Baseball game count as work time?

Is it legal to make employees attend a baseball game during their free time?

Posted 08-05-2013

Steve Duggan replies:

Employers have wide discretion on what they can “make” an employee do during working hours, so long as it does not violate the law or a contract. So far as we are aware, there is no law saying that an employer can’t do this. But, anytime an employer requires something of an employee, that time becomes working time and must be compensated, including with overtime pay for hourly employees and travel time and costs (i.e., parking) since presumably, the ballpark is not their usual place of work. You may want to consult with your local employment agency or an employment attorney. Not only are there wages and expenses due for these outings, but there are also penalties for failing to have done so for up to three years in some states.

Information here is correct at the time it is posted. Case decisions cited here may be reversed. Please do not rely on this information without consulting an attorney first.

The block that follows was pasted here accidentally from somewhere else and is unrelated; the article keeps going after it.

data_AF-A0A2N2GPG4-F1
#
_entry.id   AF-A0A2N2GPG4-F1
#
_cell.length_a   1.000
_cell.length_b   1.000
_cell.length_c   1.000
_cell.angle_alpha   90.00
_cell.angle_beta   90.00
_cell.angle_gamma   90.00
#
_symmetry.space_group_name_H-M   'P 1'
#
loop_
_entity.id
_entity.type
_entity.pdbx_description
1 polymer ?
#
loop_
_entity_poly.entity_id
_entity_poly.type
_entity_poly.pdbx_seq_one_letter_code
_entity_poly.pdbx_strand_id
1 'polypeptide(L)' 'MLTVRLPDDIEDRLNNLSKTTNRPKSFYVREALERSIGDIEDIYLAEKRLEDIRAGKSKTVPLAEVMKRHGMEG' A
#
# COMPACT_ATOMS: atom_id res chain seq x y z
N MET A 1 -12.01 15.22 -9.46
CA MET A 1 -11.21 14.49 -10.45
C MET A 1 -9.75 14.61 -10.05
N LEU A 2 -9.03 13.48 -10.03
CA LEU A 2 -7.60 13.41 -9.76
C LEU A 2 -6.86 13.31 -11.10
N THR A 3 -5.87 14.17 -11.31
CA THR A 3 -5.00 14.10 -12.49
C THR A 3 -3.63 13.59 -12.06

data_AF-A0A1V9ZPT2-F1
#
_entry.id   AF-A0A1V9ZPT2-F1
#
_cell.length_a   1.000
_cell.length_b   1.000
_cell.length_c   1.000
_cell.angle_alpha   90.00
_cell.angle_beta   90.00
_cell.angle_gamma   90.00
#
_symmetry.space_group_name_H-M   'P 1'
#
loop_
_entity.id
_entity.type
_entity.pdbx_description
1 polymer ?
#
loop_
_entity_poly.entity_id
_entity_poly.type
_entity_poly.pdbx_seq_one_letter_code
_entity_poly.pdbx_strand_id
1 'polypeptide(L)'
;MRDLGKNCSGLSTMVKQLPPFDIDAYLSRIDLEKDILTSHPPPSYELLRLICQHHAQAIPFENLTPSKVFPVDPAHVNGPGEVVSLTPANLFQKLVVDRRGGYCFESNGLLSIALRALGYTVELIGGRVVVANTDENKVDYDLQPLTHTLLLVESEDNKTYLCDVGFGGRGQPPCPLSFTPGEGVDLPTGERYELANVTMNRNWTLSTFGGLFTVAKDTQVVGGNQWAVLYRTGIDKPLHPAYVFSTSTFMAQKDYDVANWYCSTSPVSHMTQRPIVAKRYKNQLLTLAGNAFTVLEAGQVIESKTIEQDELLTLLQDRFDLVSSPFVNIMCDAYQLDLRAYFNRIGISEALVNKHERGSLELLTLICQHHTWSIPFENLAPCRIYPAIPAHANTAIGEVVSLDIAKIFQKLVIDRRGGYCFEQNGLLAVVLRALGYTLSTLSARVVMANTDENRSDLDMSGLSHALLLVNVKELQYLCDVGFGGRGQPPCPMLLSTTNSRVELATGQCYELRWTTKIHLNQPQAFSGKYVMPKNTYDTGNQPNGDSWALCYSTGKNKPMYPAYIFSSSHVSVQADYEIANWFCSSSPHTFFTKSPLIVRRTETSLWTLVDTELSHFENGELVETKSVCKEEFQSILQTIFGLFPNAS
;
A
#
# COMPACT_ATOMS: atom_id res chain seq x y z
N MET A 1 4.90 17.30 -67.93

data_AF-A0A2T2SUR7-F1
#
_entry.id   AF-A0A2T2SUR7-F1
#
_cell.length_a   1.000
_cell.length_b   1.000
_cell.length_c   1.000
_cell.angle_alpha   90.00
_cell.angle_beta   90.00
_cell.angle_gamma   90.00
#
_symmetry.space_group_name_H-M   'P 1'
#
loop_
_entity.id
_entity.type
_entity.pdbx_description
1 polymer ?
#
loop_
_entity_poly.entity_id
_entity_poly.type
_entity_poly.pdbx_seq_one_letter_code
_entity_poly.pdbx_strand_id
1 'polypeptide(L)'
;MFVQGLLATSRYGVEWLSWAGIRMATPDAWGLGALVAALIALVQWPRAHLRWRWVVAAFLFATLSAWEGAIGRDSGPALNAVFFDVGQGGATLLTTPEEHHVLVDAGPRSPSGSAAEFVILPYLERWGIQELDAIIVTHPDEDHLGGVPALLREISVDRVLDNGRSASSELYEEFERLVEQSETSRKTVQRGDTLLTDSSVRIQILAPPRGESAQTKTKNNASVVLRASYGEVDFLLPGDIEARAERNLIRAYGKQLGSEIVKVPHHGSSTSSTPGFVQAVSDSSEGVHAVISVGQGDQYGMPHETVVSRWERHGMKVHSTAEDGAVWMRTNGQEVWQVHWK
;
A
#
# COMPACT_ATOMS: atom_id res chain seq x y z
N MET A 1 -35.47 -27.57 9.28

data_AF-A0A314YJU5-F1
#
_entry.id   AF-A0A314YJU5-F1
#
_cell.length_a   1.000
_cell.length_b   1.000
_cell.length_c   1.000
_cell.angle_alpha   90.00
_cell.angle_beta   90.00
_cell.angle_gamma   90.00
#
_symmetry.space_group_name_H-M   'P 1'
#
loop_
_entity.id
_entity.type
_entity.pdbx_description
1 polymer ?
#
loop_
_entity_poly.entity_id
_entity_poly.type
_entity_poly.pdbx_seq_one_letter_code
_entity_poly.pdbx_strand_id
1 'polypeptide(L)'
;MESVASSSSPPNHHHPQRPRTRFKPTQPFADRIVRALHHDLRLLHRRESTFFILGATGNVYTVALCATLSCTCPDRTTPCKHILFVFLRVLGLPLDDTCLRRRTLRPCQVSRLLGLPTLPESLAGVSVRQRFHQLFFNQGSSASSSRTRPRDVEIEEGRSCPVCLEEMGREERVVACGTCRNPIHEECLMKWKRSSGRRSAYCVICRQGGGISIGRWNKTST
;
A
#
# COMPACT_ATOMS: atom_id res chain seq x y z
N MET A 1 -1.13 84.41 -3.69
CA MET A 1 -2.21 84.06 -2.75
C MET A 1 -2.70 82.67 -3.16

About the Author:

Steve Duggan graduated from the Law School at the University of Notre Dame while on active duty in the Air Force. He has extensive experience representing management litigating cases of wrongful termination, employment discrimination, and sexual harassment. Steve also has experience in all phases of administrative litigation of unfair labor practice charges, and class and individual complaints of employment discrimination. He has been an instructor of seminars for supervisors and managers on labor management relations and other personnel issues, and for lawyers in basic and advanced trial advocacy courses. Steve came on board with Fair Measures in 1998.